• To recap: It probably won't emit much light of its own, but it's unlikely to have an albedo low enough to qualify as "dark" for any reasonable definition of the word.
  • The second question is whether the planet has a reasonably normal albedo (likely) but *appears* too dim to be seen by our telescopes because of a combination of size and distance. Certainly, the further away an object is, the lower the flux of its reflected light, and the smaller an object is, the less light it will reflect. The answer to this is that we simply don't know, because it's difficult to place constraints on its orbital or physical parameters (although that might have changed - see [Brown & Batygin 2021](https://arxiv.org/abs/2108.09868)!). There's also the possibility that it could be detectable in some regions of the spectrum but not others. For instance, [we don't have instruments that can search the far-infrared with large enough fields of view](https://astronomy.stackexchange.com/a/13315/2153) to make an initial detection.
#1: Initial revision by user avatar HDE 226868‭ · 2021-08-16T21:07:45Z (about 1 year ago)
There are perhaps two questions here. The first is whether the planet is intrinsically dark, i.e. it reflects only a small fraction of the light that reaches it from the Sun and emits only a small amount of blackbody radiation. This can be quantified by the planet's [albedo](https://en.wikipedia.org/wiki/Albedo), which depends on the composition of its atmosphere and, if the atmosphere is thin enough, its surface. There are very few constraints on any of its properties, but given its rough distance from the Sun and a reasonable guess as to its mass, it's likely to be an ice giant like Neptune, and as such would have a similar albedo ([Fortney et al. 2016](https://arxiv.org/abs/1604.07424), [Brown & Batygin 2016](https://arxiv.org/abs/1603.05712)). If it's icy and, in particular, at all rocky, it would be unlikely to emit much radiation on its own - the [Kelvin-Helmholtz mechanism](https://en.wikipedia.org/wiki/Kelvin%E2%80%93Helmholtz_mechanism) isn't significant for such bodies.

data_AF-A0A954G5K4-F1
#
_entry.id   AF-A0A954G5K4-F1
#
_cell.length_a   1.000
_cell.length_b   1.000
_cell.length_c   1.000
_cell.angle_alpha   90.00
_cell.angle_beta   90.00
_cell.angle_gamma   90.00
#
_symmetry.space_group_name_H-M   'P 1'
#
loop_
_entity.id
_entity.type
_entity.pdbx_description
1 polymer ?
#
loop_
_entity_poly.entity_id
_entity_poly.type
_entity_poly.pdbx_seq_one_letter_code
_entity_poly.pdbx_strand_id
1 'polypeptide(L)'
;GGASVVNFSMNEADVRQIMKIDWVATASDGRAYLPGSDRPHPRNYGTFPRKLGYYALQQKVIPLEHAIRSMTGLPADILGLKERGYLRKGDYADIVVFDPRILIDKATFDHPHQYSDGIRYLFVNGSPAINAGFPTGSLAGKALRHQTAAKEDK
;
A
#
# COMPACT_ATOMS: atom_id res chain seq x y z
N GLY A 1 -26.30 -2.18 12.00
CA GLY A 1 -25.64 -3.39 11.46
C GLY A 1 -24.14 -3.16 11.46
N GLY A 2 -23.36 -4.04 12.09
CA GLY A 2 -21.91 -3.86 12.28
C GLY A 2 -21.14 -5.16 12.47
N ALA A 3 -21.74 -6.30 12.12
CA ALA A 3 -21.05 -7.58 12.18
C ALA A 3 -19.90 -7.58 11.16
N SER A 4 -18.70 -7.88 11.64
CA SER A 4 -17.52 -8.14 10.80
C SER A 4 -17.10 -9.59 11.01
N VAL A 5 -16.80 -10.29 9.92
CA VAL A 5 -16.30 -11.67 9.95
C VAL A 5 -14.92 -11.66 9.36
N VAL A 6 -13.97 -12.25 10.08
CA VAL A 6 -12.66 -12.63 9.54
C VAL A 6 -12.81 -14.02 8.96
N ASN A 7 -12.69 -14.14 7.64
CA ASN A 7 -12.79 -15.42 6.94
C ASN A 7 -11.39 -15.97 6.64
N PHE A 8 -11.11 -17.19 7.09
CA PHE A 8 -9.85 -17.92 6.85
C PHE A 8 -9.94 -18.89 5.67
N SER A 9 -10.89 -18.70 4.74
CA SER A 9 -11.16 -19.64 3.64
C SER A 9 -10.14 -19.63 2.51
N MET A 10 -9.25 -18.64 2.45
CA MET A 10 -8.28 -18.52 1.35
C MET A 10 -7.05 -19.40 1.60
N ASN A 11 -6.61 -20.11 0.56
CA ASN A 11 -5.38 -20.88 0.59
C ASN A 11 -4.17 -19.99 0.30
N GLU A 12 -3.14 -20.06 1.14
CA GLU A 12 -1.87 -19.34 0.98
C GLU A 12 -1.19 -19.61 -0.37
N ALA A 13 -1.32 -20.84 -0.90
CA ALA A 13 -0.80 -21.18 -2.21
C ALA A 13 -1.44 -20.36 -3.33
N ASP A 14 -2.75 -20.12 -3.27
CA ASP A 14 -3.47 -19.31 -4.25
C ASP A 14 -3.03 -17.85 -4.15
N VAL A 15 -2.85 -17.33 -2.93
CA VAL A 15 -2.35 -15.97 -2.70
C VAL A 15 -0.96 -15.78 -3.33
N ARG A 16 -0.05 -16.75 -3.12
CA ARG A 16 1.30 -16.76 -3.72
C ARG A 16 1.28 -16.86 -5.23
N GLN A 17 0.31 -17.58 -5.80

To recap: It probably won't emit much light of its own, but it's unlikely to have an albedo low enough to qualify as "dark" for any reasonable definition of the word. 

The second question is whether the planet has a reasonably normal albedo (likely) but *appears* too dim to be seen by our telescopes because of a combination of size and distance. Certainly, the further away an object is, the lower the flux of its reflected light, and the smaller an object is, the less light it will reflect. The answer to this is that we simply don't know, because there aren't enough constraints on its orbital or physical parameters. There's also the possibility that it could be detectable in some regions of the spectrum but not others. For instance, [we don't have instruments that can search the far-infrared with large enough fields of view](https://astronomy.stackexchange.com/a/13315/2153) to make an initial detection.